While many technical and scientific professions were closed off to women until recently, renaissance women still managed to make their mark on American history. These polymaths excelled in a wide range of fields, from business to medicine to politics. Famous renaissance women have led incredible lives while breaking the traditional barriers that kept them out of their fields.
Did you know that Elizabeth Blackwell was the first woman to receive a medical degree in the United States while also being a prominent social and moral reformer? Or that actress Hedy Lamarr also helped invent innovative radio communications technology that's used in modern Wi-Fi? Or that TV chef and author Julia Child was also an intelligence officer in World War II whose activities weren't declassified until 2008?These American women changed history and excelled in multiple fields, while usually also balancing the rigors of family life and raising children. Upvote the most remarkable renaissance woman or women you see below and add any talented females throughout American history who have made a difference and excelled in a variety fields, arts, and industries.
- Photo: Cynthia Johnson/The LIFE Images Collection / Getty ImagesGrace Brewster Murray Hopper (née Murray December 9, 1906 – January 1, 1992) was an American computer scientist and United States Navy rear admiral. One of the first programmers of the Harvard Mark I computer, she was a pioneer of computer programming who invented one of the first linkers. She popularized the idea of machine-independent programming languages, which led to the development of COBOL, an early high-level programming language still in use today. Prior to joining the Navy, Hopper earned a Ph.D. in mathematics from Yale University and was a professor of mathematics at Vassar College. Hopper attempted to enlist in the Navy during World War II but was rejected because she was 34... more on Wikipedia
19716Agree or disagree?
- Age: Dec. at 86 (1906-1992)
- Birthplace: New York City, New York
- Profession: Programmer, Mathematician, Computer scientist, Scientist
- Photo: Chicago History Museum / Getty ImagesIda Bell Wells-Barnett (July 16, 1862 – March 25, 1931) was an African-American investigative journalist, educator, and an early leader in the civil rights movement. She was one of the founders of the National Association for the Advancement of Colored People (NAACP). She arguably became the most famous black woman in America, during a life that was centered on combating prejudice and violence, who fought for equality for African Americans, especially women.Wells was born into slavery in Holly Springs, Mississippi, and freed by the Emancipation Proclamation during the American Civil War. At the age of 16, she lost both her parents and her infant brother in the 1878 yellow fever epidemic.... more on Wikipedia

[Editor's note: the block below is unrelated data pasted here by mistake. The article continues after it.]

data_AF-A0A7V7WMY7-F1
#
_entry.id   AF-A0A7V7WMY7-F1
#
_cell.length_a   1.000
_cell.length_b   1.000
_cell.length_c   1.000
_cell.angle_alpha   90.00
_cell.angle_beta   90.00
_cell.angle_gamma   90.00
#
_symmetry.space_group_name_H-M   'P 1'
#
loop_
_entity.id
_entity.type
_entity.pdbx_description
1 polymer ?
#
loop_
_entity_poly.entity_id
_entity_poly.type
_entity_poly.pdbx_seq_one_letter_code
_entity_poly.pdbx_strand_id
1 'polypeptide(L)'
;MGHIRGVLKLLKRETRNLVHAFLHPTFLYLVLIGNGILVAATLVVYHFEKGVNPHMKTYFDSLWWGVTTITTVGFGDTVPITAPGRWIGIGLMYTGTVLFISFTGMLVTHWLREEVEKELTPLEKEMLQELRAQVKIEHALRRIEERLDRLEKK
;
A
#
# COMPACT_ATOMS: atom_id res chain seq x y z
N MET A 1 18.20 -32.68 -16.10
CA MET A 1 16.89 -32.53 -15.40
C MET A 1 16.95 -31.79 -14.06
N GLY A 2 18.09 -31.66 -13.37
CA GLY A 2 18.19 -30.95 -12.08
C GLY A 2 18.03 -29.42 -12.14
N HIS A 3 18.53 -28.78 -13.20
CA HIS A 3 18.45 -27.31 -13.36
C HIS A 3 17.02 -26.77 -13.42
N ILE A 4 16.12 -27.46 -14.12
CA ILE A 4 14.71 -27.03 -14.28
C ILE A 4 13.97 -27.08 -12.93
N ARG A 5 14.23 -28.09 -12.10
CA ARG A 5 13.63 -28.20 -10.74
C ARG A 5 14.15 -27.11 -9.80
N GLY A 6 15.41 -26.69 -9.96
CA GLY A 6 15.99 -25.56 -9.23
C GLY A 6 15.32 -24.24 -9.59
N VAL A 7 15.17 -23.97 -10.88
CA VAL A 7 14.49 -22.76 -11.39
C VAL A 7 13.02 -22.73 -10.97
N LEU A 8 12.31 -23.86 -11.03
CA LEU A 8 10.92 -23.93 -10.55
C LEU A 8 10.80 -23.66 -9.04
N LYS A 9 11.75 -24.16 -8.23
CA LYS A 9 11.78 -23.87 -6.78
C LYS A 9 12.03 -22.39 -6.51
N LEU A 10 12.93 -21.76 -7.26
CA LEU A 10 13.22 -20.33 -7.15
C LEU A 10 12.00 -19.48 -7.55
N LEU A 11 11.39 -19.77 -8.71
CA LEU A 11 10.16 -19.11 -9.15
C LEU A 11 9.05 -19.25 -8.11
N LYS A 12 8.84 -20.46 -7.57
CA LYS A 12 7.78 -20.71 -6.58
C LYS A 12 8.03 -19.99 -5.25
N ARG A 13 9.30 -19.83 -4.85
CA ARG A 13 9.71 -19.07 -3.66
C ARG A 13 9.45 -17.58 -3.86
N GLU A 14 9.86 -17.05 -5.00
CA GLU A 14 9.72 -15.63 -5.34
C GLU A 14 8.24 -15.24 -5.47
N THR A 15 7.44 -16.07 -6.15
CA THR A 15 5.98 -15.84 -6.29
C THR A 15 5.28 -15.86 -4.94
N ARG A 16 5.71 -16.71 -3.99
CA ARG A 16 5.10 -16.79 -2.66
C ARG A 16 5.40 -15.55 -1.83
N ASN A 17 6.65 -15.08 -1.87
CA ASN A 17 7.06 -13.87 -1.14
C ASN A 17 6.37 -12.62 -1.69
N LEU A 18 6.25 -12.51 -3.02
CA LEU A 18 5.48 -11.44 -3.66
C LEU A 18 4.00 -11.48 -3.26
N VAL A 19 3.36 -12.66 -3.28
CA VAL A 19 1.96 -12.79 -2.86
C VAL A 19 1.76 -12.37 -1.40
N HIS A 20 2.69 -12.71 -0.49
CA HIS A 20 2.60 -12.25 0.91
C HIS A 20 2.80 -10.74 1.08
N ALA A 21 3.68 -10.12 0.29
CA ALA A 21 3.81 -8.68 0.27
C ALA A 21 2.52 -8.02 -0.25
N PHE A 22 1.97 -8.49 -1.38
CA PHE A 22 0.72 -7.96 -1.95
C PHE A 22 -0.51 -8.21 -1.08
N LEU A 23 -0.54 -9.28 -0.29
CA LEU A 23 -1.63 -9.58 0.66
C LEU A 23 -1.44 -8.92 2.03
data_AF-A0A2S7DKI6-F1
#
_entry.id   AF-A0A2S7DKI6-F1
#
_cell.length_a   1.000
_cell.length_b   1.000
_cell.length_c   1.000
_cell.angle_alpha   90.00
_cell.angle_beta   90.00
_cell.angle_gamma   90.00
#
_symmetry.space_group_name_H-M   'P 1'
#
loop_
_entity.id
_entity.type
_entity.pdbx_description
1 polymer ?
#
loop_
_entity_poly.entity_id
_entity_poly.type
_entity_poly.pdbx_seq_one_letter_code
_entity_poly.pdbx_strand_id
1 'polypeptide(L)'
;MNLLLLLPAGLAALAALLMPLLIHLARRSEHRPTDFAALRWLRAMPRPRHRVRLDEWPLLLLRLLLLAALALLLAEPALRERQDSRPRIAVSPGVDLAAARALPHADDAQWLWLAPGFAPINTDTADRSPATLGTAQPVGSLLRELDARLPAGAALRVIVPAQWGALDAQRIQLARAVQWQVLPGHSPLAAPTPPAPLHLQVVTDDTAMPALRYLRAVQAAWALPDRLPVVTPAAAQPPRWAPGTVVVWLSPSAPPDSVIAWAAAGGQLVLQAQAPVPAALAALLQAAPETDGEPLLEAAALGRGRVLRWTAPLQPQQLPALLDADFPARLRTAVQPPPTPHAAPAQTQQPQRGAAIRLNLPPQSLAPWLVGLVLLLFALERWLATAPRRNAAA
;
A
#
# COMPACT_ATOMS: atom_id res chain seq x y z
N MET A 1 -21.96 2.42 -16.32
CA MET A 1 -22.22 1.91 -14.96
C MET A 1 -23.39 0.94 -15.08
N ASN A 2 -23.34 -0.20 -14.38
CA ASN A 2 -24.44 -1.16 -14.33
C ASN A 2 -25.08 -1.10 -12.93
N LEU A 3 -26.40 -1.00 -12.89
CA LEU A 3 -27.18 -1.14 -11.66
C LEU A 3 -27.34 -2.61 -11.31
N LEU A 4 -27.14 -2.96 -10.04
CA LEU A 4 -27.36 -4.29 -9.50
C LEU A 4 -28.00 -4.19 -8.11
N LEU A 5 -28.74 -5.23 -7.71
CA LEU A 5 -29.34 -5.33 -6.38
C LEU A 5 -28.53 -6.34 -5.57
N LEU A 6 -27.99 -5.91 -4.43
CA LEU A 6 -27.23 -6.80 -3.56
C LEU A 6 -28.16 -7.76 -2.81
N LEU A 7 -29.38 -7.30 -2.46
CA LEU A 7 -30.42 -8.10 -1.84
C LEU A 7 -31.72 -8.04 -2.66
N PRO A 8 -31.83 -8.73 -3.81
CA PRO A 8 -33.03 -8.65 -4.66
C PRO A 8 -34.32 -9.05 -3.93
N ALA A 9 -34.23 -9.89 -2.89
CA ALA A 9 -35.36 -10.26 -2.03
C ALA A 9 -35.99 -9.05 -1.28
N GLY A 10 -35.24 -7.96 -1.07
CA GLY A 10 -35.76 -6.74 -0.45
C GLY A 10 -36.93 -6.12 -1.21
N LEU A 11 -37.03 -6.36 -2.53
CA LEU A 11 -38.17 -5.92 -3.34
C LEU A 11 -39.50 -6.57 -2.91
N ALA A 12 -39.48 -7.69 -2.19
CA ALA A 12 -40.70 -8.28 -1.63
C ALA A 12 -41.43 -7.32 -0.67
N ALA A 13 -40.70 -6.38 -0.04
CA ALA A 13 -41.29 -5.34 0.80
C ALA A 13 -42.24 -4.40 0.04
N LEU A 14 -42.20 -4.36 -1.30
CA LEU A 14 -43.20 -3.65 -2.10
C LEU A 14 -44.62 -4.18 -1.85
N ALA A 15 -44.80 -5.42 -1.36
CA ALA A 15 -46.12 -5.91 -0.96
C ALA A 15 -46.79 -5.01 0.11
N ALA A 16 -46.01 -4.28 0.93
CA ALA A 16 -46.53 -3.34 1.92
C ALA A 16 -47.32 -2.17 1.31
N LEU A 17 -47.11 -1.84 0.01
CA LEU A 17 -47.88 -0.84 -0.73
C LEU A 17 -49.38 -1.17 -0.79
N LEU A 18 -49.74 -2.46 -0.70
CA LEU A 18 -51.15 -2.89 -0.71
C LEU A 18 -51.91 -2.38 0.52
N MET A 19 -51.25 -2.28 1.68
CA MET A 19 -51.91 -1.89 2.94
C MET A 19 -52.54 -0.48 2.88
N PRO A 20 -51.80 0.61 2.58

17621Agree or disagree?
- Age: Dec. at 69 (1862-1931)
- Birthplace: Holly Springs, Mississippi
- Profession: Journalist, Women's rights activist
- Photo: Silver Screen Collection / Getty ImagesHedy Lamarr (), born Hedwig Eva Maria Kiesler; November 9, 1914 – January 19, 2000) was an Austrian-born American film actress and inventor.After a brief early film career in Czechoslovakia, including the controversial Ecstasy (1933), she fled from her husband, a wealthy Austrian ammunition manufacturer, and secretly moved to Paris. Traveling to London, she met Metro-Goldwyn-Mayer (MGM) studio head Louis B. Mayer, who offered her a movie contract in Hollywood. She became a film star with her performance in Algiers (1938). Her MGM films include Lady of the Tropics (1939), Boom Town (1940), H.M. Pulham, Esq. (1941), and White Cargo (1942). Her greatest success was as Delilah in Cecil B.... more on Wikipedia
15719Agree or disagree?
- Age: Dec. at 86 (1914-2000)
- Birthplace: Vienna, Austria
- Profession: Pin-up girl, Inventor, Scientist, Actor, Engineer
- Anna Eleanor Roosevelt (; October 11, 1884 – November 7, 1962) was an American political figure, diplomat and activist. She served as the First Lady of the United States from March 4, 1933 to April 12, 1945 during her husband President Franklin D. Roosevelt's four terms in office, making her the longest serving First Lady of the United States. Roosevelt served as United States Delegate to the United Nations General Assembly from 1945 to 1952.President Harry S. Truman later called her the "First Lady of the World" in tribute to her human rights achievements.Roosevelt was a member of the prominent American Roosevelt and Livingston families and a niece of President Theodore Roosevelt. She had... more on Wikipedia
14525Agree or disagree?
- Age: Dec. at 78 (1884-1962)
- Birthplace: New York City, New York, United States of America
- Profession: Politician, Diplomat, Author, Writer